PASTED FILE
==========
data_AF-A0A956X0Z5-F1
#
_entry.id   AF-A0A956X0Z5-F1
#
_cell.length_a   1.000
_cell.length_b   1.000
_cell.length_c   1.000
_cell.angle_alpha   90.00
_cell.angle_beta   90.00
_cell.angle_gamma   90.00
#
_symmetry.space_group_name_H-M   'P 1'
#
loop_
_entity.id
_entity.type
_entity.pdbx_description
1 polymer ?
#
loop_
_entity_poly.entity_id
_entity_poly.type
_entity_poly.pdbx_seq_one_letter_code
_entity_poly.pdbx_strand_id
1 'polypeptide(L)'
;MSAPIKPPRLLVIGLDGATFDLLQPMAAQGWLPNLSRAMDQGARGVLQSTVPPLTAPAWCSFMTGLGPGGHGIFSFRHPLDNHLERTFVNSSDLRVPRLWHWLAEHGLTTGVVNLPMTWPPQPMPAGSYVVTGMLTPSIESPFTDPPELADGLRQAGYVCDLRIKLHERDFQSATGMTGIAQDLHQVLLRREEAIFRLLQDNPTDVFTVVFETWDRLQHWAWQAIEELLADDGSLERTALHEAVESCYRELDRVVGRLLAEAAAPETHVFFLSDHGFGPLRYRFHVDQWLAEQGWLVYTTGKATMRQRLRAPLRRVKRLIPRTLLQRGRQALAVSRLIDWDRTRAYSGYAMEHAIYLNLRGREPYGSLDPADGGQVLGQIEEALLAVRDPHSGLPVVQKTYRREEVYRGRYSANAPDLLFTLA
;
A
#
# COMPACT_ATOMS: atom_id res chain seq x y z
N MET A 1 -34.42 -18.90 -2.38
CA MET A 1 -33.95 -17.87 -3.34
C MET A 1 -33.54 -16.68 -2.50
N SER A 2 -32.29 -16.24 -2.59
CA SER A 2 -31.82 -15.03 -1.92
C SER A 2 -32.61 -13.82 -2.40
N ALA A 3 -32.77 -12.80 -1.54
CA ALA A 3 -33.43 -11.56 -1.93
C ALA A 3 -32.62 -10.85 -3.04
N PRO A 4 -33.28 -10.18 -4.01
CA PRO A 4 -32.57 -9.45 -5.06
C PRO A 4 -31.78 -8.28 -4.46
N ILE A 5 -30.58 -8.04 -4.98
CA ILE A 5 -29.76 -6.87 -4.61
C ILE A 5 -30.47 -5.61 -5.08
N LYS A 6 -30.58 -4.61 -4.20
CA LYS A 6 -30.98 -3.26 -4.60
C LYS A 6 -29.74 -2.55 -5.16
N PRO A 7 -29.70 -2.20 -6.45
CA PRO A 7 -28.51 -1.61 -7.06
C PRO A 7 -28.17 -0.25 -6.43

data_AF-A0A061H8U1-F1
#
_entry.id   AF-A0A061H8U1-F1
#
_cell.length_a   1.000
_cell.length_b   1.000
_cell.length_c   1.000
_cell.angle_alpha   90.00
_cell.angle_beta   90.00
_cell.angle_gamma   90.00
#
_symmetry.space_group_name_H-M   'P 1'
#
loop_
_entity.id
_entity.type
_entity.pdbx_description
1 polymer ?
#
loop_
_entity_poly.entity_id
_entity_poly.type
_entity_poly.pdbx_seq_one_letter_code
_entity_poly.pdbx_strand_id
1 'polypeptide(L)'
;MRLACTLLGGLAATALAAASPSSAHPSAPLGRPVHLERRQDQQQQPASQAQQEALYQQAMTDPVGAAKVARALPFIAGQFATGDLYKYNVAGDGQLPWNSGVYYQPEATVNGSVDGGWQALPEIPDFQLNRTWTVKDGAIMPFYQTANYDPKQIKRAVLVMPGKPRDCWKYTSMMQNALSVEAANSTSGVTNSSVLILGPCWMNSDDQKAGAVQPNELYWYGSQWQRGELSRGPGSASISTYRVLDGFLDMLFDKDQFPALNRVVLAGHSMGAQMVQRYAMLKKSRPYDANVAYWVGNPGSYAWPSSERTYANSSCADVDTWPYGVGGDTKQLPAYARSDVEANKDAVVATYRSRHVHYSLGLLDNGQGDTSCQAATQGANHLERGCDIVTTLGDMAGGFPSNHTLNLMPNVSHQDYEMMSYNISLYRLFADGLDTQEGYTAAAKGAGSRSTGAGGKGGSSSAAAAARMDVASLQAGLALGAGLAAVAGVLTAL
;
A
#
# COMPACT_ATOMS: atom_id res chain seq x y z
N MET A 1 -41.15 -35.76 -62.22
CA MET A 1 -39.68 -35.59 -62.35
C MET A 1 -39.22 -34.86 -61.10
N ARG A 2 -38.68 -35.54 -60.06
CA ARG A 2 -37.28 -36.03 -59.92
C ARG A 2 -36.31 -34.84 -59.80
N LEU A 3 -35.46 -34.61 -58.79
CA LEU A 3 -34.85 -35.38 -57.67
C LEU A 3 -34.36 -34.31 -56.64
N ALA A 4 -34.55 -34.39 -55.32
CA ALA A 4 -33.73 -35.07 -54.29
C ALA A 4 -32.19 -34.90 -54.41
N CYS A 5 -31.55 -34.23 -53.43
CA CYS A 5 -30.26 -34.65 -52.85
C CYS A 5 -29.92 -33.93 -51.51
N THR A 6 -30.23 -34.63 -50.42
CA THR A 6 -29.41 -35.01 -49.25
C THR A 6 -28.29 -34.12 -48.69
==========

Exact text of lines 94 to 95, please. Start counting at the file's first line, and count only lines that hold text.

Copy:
N CYS A 5 -31.55 -34.23 -53.43
CA CYS A 5 -30.26 -34.65 -52.85